A fake company, lawbreaking recyclers
The global recycling industry has been under intense scrutiny in recent years. At the beginning of 2018, China stopped taking in much of the world’s recycling, leaving an entire industry scrambling for new markets.
Businesses turned their attention to southeast Asia: Cambodia, Vietnam, Thailand — and eventually Malaysia, which, at one point, became the world’s biggest importer of plastic scrap.
Canada alone exported more than 10,000 tonnes of plastic scrap to Malaysia in 2018.
As a result of this shift, illegal and unlicensed factories have popped up en masse.
Marketplace went undercover in Malaysia to investigate the plastic industry. Here’s what we learned:
Marketplace wanted to know how easy it was to get recyclable Canadian goods overseas into countries with heavy restrictions on importing post-consumer plastics, like Malaysia.
So the team posed as a fake company called MarketPlastics, and then, using shipping records, reached out to several Malaysian companies believed to be importing Canadian plastic.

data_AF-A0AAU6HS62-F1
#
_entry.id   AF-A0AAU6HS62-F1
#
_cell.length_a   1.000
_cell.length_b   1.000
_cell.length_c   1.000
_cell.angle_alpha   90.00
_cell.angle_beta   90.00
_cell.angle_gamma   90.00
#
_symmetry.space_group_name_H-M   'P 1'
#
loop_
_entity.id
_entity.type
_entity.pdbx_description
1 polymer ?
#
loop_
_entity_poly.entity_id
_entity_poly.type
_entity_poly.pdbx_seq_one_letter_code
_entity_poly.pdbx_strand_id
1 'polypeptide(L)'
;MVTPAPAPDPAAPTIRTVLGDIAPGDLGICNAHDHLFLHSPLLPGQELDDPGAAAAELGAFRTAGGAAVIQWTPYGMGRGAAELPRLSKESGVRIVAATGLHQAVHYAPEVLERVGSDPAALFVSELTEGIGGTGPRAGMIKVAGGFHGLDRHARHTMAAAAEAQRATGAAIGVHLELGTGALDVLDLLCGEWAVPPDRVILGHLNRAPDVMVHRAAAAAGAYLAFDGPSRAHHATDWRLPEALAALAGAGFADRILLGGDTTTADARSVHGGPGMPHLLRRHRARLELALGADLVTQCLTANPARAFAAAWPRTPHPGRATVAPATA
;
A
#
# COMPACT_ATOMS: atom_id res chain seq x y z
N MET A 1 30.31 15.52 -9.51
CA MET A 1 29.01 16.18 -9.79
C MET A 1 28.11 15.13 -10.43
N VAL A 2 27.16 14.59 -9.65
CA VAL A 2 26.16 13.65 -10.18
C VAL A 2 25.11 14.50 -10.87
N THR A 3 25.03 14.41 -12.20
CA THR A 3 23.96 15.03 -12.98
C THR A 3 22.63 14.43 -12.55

MarketPlastics was pitched as a plastics broker looking to find new end markets for a glut of Canadian plastics it needed to unload. The meetings were largely set up in northern Malaysia, the current epicentre of recycling after a government crackdown in another region of the country.
‘We don’t want to be the next cancer village’
When Marketplace journalists arrived in Malaysia, the environmental toll to which Canadian recycling has contributed was on full display: A towering dump of plastic waste, burning, and runoff from factories streaming into rivers used by the local population.
At one location, in Ipoh, the waste was stacked two storeys high and spanned about the length of two football fields. Large pools of chemicals had formed, cascading down from the top of the heap. It was one of the many dumps in the country — this one full of Western plastic from around the world: England, United States, Denmark and Canada.